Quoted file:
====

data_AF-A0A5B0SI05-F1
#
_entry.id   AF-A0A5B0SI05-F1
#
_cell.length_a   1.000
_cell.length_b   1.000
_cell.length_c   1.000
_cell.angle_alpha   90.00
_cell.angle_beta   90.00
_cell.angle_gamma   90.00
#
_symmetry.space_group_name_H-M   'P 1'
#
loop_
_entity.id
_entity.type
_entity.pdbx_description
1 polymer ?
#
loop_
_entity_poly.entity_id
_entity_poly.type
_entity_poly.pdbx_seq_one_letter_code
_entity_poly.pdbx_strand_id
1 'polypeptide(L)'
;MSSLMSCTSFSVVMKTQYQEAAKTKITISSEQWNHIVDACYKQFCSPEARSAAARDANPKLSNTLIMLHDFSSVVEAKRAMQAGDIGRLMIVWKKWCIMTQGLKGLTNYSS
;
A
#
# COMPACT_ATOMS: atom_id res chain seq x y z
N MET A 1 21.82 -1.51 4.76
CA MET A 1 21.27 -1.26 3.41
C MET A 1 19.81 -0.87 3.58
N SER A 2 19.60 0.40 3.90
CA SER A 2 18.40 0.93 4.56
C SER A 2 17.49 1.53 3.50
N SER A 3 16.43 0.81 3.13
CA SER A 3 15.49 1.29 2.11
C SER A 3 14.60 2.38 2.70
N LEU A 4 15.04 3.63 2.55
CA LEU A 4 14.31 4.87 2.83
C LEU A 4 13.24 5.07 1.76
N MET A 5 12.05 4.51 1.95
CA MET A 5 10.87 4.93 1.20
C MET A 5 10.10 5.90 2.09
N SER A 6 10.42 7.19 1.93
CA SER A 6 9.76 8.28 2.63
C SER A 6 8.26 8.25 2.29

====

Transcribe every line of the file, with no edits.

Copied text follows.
data_AF-A0A5B0SI05-F1
#
_entry.id   AF-A0A5B0SI05-F1
#
_cell.length_a   1.000
_cell.length_b   1.000
_cell.length_c   1.000
_cell.angle_alpha   90.00
_cell.angle_beta   90.00
_cell.angle_gamma   90.00
#
_symmetry.space_group_name_H-M   'P 1'
#
loop_
_entity.id
_entity.type
_entity.pdbx_description
1 polymer ?
#
loop_
_entity_poly.entity_id
_entity_poly.type
_entity_poly.pdbx_seq_one_letter_code
_entity_poly.pdbx_strand_id
1 'polypeptide(L)'
;MSSLMSCTSFSVVMKTQYQEAAKTKITISSEQWNHIVDACYKQFCSPEARSAAARDANPKLSNTLIMLHDFSSVVEAKRAMQAGDIGRLMIVWKKWCIMTQGLKGLTNYSS
;
A
#
# COMPACT_ATOMS: atom_id res chain seq x y z
N MET A 1 21.82 -1.51 4.76
CA MET A 1 21.27 -1.26 3.41
C MET A 1 19.81 -0.87 3.58
N SER A 2 19.60 0.40 3.90
CA SER A 2 18.40 0.93 4.56
C SER A 2 17.49 1.53 3.50
N SER A 3 16.43 0.81 3.13
CA SER A 3 15.49 1.29 2.11
C SER A 3 14.60 2.38 2.70
N LEU A 4 15.04 3.63 2.55
CA LEU A 4 14.31 4.87 2.83
C LEU A 4 13.24 5.07 1.76
N MET A 5 12.05 4.51 1.95
CA MET A 5 10.87 4.93 1.20
C MET A 5 10.10 5.90 2.09
N SER A 6 10.42 7.19 1.93
CA SER A 6 9.76 8.28 2.63
C SER A 6 8.26 8.25 2.29